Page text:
Meet the ABIA Rising Stars: Lex Hirst
In recognition of the Australian Book Industry Awards’ (ABIA) inaugural Rising Star of the Year Award, Books+Publishing spoke to each of the five shortlisted nominees ahead of the winner’s announcement at the ABIA ceremony on 3 May.
In this final instalment, we speak to Lex Hirst, commissioning editor at Penguin Random House (PRH) and producer of arts events. ‘Lex has achieved much in her short time as a commissioning editor, with several award-winning titles to her repertoire,’ writes PRH group publishing director Nikki Christer in her nomination. ‘Lex is committed to publishing fantastic books and being part of the literary circuit in Australia, as well as supporting new and emerging writers via the National Young Writers’ Festival (NYWF), co-directing from 2014-15 [and curating] 80 events with more than 100 of Australia’s best young writers.’
What are the top three things you wish you’d known when you were starting out?
1. Work in a bookshop at some point in your career. This is some of the best advice I was given when I was first starting out and working part-time as an editorial assistant. Booksellers are on the front line, speaking to readers every day, and I think back to the lessons I learnt out on the shop floor of the wonderful Shearer’s Bookshop often.
2. Opportunities will come your way if you make it clear you’re open to them. Some of the most interesting moments in my career have come from directions I would never have expected. Showing a willingness to jump in enthusiastically, no matter the task, is always appreciated and often leads to more opportunities.
3. Get out there and talk to writers. Not only are they the future of our industry, but they’re also the most interesting, intelligent and downright talented people out there—and they know how to throw a party. We have an incredible wealth of writing and storytelling events in this country, and joining the literary community through NYWF has brought a real sense of joy to my work.
What has been your biggest achievement/proudest professional moment?
Watching a book you’ve uncovered being published is always an incredible moment, because you’ve been there at almost every step of its journey. I don’t think that’s an achievement that will ever become mundane to me, but I do think I’ll always hold dear the moment I saw my very first print book hit the shelves last year.
What’s the most valuable thing you’ve learned on the job?
The power of listening. Although there’s a very public component to commissioning—a fair segment of every day involves speaking about your authors and the books on your list—the inverse is equally important. So much of this job is about listening—to authors, readers, trends and that little voice in your own head that pipes up when when you discover something really special.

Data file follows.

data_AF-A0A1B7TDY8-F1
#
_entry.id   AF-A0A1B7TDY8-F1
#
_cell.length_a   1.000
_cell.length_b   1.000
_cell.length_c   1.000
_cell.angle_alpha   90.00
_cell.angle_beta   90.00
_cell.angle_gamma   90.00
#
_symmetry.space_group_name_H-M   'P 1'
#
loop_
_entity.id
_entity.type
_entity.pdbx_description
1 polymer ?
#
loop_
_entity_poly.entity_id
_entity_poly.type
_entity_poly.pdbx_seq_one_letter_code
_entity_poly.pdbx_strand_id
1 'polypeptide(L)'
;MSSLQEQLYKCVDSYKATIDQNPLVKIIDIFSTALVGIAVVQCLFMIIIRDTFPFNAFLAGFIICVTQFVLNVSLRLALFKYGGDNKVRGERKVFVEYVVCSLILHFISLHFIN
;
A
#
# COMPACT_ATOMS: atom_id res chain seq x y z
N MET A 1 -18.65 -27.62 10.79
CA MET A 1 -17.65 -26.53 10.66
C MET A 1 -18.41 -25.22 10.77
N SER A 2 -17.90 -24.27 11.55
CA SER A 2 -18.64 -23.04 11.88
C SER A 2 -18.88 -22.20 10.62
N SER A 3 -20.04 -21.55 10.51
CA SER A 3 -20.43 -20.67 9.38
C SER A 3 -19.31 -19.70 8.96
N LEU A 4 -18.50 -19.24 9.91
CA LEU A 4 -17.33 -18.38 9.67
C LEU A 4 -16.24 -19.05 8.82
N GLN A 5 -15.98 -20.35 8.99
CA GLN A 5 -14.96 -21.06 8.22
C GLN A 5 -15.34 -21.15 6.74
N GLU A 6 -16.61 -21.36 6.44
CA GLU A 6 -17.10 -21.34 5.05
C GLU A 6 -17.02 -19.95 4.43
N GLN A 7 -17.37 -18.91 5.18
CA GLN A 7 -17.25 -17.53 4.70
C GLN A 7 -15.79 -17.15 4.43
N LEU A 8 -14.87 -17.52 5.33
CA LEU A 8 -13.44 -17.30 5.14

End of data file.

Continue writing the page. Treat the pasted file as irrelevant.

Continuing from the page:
I’m surrounded by some of the best editors and publishers in the industry at PRH, and listening to their advice over the years has shaped me into the editor I am today—and also kept me sane along the way. They’ve taught me that being a good editor is less about telling people what to do, and more about learning how to listen to what they want to say.
What do you think this industry could do better?
I think everyone in publishing is aware that we need more diversity in the voices we publish, as well as in our companies. The challenge is to break down the barriers that make entry to this industry hard for people from less privileged backgrounds, and I think we’re making steps in the right direction, but we have a fair way to go. It seems to me that there’s a growing thirst among Australian readers for stories that reflect the wider community—and for stories that challenge the status quo.
Where would you like to be in five (or 10, or 20) years’ time? And what do you hope the industry will look like then?
I’m a romantic when it comes to stories of writers and editors who have worked together through decades of literature, so I hope that one day I’ll have my own to add to the list. Publishing is a long game, so ideally five (or 10, or 20) years from now I’ll be somewhere pretty similar, publishing great books, but with a glorious array of Australian writers I’ve worked with on my bookshelf.
One of my driving forces is the wealth of storytellers we have in this country, and I’m passionate about ensuring we continue to tell our stories and that those voices are heard. What those books will look like, I’m not yet sure—we’re evolving culturally all the time, and new waves of creatives with challenging, beautiful ideas crash through every year. So I can’t wait to see (and find) the books that will capture Australian readers in the future.
To read all the interviews with the Australian Book Industry Awards’ (ABIA) Rising Star of the Year Award nominees, click here.